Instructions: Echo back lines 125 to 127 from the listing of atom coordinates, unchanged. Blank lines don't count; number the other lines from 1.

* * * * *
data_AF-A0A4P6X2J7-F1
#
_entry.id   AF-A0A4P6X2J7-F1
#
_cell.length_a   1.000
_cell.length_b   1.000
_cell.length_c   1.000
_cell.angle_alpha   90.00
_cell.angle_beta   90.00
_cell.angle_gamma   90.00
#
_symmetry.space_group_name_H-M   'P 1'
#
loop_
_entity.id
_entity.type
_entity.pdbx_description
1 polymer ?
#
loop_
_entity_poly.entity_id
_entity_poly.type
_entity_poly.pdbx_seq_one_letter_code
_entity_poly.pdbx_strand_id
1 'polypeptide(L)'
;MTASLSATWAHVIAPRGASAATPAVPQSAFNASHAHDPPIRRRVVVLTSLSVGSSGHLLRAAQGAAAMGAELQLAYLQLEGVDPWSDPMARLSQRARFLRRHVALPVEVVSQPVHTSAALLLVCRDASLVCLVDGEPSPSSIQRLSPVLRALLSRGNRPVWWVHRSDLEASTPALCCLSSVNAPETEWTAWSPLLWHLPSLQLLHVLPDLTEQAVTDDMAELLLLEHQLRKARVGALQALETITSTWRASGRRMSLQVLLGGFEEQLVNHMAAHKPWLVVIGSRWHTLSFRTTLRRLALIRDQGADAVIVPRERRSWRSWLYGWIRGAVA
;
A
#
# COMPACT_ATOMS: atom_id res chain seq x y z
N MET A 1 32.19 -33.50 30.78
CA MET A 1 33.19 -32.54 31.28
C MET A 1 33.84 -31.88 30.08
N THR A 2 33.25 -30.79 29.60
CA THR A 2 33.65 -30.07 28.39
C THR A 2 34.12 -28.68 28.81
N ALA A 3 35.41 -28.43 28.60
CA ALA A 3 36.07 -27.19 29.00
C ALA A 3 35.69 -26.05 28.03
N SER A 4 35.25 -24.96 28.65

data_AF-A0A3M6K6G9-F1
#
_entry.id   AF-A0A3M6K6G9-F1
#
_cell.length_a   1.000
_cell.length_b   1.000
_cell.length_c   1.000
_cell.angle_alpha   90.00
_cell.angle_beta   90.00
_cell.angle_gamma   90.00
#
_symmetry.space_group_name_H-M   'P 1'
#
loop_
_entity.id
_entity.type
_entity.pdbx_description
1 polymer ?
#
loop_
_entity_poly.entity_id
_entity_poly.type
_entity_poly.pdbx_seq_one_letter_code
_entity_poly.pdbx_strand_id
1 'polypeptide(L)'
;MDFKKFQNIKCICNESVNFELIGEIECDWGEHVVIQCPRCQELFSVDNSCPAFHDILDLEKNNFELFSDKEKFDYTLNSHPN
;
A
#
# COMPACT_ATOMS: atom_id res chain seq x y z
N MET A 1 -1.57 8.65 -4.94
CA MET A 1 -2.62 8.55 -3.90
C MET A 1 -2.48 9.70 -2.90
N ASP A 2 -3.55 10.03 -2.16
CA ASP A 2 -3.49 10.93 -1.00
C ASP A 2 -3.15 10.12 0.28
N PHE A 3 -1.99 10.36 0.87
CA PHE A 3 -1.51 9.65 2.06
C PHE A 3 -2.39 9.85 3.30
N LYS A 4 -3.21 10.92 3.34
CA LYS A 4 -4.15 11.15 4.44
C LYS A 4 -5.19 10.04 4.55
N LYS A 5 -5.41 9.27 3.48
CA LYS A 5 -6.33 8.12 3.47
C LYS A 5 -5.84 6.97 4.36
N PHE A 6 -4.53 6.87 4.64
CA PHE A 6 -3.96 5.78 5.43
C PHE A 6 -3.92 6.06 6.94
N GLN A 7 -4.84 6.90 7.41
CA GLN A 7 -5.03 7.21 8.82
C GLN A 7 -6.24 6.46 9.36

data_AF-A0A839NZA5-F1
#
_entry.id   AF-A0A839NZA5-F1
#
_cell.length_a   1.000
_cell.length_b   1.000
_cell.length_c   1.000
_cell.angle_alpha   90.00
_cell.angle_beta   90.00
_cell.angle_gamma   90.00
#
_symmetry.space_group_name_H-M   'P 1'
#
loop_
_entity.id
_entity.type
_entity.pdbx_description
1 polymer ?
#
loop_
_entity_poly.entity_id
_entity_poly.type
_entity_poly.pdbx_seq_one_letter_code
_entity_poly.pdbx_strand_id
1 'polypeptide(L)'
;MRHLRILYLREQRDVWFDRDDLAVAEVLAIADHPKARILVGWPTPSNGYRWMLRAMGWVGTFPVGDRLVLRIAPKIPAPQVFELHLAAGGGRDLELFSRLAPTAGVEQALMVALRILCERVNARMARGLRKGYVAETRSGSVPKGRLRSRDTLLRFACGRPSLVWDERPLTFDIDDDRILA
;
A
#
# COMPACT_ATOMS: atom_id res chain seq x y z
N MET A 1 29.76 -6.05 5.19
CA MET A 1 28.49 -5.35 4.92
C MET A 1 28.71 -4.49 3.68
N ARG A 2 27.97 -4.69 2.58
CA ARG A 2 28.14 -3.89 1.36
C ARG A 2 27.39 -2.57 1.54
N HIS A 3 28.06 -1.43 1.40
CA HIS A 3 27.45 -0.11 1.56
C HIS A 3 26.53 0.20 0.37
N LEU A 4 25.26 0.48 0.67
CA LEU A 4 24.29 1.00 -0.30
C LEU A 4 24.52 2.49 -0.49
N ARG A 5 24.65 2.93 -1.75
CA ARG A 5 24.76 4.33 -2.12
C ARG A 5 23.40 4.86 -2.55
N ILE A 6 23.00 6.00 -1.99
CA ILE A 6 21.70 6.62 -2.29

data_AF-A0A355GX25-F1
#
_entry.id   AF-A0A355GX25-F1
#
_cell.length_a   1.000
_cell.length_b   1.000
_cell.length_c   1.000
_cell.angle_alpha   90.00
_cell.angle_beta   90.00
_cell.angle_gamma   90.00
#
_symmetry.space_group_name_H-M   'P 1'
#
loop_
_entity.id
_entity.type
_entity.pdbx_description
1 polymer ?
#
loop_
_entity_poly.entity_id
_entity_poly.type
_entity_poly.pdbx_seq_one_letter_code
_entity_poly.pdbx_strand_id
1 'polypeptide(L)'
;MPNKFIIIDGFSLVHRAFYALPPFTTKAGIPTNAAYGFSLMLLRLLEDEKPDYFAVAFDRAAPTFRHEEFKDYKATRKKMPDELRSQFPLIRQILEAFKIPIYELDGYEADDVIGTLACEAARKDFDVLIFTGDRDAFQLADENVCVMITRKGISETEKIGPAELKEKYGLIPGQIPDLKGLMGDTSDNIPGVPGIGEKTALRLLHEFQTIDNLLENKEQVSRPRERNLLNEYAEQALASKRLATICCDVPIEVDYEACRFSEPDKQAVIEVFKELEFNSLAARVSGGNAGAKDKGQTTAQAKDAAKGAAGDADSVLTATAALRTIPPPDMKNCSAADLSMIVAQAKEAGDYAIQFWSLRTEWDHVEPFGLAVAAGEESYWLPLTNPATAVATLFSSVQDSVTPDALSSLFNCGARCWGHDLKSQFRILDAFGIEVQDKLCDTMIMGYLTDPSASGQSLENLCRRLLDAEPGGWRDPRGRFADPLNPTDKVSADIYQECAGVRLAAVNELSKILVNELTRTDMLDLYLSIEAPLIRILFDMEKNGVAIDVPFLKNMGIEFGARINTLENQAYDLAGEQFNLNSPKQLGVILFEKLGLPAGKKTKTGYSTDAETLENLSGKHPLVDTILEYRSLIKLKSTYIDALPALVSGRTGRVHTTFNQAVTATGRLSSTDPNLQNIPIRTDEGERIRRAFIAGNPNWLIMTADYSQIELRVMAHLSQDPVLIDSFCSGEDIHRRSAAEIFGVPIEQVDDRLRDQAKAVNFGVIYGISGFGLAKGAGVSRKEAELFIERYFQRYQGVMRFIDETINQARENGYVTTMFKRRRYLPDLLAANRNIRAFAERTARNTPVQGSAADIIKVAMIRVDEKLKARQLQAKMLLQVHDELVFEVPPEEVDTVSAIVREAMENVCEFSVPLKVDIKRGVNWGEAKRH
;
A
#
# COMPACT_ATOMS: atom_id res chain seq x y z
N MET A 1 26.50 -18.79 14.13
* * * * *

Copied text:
N ARG A 2 27.97 -4.69 2.58
CA ARG A 2 28.14 -3.89 1.36
C ARG A 2 27.39 -2.57 1.54